Aussie Teenager Fearful For His Life After Newspaper Misidentifies Him As A Terrorist With Wrong Facebook Photo
from the like? dept
Traditional newspapers: they’re the best. In stark contrast with so-called “new media” on the internet, they’re the professionals. They write the important stories, give us unbiased reports on all the things, and, most importantly, they have a monopoly on fact-checking. Except, of course, when they don’t. Take the case of one young Australian, Abu Bakar Alam, who was incorrectly identified on the front page of The Age in the land down under as a terrorist.
Abu Bakar Alam, 19, said he was afraid to leave his home and was “not really OK” after being wrongly pictured on the front pages of The Age and Sydney Morning Herald in their coverage of the Endeavour Hills police shooting… Mr Alam said the family saw his son’s picture on social media labelled by the newspaper as Numan Haider, the terror suspect, 18, shot dead by police after stabbing two officers on Tuesday.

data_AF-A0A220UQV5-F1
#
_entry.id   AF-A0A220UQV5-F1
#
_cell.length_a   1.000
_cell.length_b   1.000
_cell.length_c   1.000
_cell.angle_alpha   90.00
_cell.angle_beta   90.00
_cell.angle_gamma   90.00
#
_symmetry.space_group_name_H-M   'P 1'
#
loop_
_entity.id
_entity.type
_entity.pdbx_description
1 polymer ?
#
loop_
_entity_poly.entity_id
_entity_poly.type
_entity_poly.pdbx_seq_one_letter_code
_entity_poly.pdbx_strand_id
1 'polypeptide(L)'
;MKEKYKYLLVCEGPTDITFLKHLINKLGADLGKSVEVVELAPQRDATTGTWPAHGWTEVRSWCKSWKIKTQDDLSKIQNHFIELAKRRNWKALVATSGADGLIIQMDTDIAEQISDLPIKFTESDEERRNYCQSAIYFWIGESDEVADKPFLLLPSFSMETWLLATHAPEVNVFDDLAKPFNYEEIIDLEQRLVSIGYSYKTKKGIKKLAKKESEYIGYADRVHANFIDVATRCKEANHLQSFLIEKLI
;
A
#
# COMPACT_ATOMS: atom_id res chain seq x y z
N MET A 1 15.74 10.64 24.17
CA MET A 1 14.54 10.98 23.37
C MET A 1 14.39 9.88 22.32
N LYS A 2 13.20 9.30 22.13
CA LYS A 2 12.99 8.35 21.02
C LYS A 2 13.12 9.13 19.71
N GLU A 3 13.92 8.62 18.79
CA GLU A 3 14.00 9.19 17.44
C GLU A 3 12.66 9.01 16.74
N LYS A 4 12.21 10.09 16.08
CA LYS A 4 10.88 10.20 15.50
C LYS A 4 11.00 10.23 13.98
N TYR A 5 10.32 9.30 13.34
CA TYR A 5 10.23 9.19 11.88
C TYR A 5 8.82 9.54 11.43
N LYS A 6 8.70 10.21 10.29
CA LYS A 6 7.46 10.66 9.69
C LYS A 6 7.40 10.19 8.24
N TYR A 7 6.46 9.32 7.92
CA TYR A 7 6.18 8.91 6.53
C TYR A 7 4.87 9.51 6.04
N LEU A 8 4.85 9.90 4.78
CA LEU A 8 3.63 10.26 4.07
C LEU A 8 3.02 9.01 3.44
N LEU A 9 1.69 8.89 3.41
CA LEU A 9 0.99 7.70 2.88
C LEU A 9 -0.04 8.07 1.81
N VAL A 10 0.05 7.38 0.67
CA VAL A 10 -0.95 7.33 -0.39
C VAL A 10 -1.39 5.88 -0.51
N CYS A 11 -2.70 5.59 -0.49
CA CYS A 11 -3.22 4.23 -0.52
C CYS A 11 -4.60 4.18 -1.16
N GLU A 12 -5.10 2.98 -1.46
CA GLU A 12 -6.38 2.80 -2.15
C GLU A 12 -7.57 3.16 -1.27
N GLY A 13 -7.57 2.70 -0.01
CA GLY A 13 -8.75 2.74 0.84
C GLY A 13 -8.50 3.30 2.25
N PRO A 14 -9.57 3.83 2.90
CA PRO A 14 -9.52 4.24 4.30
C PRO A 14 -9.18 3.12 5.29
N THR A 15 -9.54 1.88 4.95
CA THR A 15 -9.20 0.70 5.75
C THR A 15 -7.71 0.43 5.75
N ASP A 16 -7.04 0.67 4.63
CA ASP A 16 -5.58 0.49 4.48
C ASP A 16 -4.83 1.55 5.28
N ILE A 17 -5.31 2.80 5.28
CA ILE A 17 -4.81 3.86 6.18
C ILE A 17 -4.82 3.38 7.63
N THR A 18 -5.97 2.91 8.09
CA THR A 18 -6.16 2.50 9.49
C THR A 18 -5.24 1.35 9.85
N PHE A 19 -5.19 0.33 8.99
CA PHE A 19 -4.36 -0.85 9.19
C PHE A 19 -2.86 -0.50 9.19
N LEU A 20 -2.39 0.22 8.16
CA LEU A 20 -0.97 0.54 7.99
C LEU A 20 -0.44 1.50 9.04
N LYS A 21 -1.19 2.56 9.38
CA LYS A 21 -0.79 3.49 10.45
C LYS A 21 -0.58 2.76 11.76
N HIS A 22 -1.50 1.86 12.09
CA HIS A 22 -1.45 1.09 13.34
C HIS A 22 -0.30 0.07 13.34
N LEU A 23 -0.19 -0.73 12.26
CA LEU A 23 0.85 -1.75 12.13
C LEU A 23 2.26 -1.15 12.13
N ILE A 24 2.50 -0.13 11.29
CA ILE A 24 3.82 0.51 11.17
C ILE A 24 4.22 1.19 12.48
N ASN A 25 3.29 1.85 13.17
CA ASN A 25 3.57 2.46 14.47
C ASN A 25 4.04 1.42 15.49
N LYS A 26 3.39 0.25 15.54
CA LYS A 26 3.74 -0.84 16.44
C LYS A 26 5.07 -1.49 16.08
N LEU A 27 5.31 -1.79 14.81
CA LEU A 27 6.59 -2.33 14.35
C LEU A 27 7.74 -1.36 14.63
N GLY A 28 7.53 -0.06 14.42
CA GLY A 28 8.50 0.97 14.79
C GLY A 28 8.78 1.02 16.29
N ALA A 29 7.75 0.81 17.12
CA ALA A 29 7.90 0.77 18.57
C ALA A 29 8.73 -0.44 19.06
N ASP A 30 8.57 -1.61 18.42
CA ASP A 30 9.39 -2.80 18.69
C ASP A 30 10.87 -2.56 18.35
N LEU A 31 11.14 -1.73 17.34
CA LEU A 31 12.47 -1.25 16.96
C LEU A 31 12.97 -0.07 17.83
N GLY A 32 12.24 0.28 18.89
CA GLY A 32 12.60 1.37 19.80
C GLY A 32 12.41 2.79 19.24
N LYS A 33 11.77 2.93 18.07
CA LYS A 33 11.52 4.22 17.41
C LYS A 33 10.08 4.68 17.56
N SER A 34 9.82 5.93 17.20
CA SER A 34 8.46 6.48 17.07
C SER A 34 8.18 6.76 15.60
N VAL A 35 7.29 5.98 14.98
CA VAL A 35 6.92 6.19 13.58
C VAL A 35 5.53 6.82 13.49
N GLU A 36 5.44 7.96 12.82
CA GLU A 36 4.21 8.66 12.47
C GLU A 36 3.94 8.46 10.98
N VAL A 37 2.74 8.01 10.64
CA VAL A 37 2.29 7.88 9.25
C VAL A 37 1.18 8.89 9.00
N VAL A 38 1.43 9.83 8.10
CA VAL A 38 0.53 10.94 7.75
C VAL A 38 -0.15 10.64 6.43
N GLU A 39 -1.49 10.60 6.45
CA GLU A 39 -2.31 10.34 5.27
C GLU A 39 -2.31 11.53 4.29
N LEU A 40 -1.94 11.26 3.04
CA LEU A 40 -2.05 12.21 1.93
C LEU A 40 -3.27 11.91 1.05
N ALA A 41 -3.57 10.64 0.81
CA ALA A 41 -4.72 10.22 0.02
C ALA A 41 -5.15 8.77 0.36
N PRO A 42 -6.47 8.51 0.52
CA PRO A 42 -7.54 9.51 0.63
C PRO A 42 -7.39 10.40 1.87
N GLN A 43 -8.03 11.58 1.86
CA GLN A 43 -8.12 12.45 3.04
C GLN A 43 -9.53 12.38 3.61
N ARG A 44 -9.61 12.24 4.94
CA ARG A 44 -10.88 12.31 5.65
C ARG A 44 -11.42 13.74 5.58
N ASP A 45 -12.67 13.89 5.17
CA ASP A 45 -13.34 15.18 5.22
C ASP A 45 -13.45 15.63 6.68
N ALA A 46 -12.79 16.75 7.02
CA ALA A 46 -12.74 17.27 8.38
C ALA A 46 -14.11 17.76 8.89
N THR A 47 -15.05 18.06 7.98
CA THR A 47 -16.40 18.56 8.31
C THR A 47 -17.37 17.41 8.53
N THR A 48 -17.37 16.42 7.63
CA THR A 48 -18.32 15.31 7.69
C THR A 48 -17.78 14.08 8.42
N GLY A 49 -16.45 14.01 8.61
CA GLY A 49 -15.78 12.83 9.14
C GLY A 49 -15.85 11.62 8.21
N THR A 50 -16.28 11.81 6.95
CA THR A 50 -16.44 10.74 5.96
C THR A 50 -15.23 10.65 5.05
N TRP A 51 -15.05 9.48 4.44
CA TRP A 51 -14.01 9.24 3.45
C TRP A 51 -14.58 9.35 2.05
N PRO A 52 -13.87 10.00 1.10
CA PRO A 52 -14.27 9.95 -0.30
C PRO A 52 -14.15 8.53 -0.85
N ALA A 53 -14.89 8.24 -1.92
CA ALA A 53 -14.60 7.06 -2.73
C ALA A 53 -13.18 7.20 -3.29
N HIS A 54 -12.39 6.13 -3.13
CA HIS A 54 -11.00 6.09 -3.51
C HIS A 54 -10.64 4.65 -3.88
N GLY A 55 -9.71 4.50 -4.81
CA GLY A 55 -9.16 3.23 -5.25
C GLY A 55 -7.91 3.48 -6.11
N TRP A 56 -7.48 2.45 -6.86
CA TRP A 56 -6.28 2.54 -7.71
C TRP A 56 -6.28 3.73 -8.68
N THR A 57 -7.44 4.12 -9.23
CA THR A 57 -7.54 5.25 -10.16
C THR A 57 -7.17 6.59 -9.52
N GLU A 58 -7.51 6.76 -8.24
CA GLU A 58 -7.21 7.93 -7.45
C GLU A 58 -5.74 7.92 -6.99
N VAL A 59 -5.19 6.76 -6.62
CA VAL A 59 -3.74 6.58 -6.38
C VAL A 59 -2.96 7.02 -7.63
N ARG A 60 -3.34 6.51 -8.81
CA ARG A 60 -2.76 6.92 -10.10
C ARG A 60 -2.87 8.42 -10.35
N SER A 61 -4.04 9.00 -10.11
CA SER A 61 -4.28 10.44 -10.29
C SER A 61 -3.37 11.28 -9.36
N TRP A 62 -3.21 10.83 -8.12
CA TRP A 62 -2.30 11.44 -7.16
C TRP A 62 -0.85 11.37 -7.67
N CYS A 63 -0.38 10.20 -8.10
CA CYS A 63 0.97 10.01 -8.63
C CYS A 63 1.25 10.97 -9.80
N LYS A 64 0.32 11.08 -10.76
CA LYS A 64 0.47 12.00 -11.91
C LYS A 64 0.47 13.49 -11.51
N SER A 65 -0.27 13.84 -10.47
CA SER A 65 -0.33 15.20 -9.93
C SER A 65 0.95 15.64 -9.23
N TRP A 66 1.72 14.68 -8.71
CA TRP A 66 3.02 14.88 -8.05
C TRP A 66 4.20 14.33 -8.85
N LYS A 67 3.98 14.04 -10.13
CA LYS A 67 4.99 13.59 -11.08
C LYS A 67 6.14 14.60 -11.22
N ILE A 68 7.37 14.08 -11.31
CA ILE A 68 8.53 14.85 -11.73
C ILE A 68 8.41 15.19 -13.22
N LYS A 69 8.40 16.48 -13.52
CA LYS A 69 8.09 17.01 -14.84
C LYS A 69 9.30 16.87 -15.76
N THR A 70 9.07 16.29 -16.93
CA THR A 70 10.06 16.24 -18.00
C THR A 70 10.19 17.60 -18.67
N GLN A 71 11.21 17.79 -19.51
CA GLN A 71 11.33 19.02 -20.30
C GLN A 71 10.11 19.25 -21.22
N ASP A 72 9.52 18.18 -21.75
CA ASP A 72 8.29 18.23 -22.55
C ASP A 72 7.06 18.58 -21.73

“Someone called me and said ‘What happened to your son?’ I said, ‘My son is alive, who said my son is a terrorist?’” Mr Alam said.
The mistake, which the paper has since publicly apologized for, was apparently an instance of editors pulling down Facebook photos and getting them confused. Because, pshh, all them brown-skinned folks look alike, am I right? Well, no, I’m not right, and an industry that touts itself as the fact-checking gurus of the world probably needs to do better than simply apologizing for misidentifying a young man as a terrorist. There are, after all, larger implications of such a mistake.
“I’m gutted,” the teenager told 3AW. “This is going to take a while, but we’re going to sit down as a family and work out what’s going to be the best for us. And for my future. This is not something small. This is going to affect my future as well.”
You’d hope that isn’t the case, of course, but I’m not sure he’s wrong. You’d hate to find out that anyone in Australia acted on this bad information and did something to threaten Alam as a result of a newspaper blasting his picture on their front page.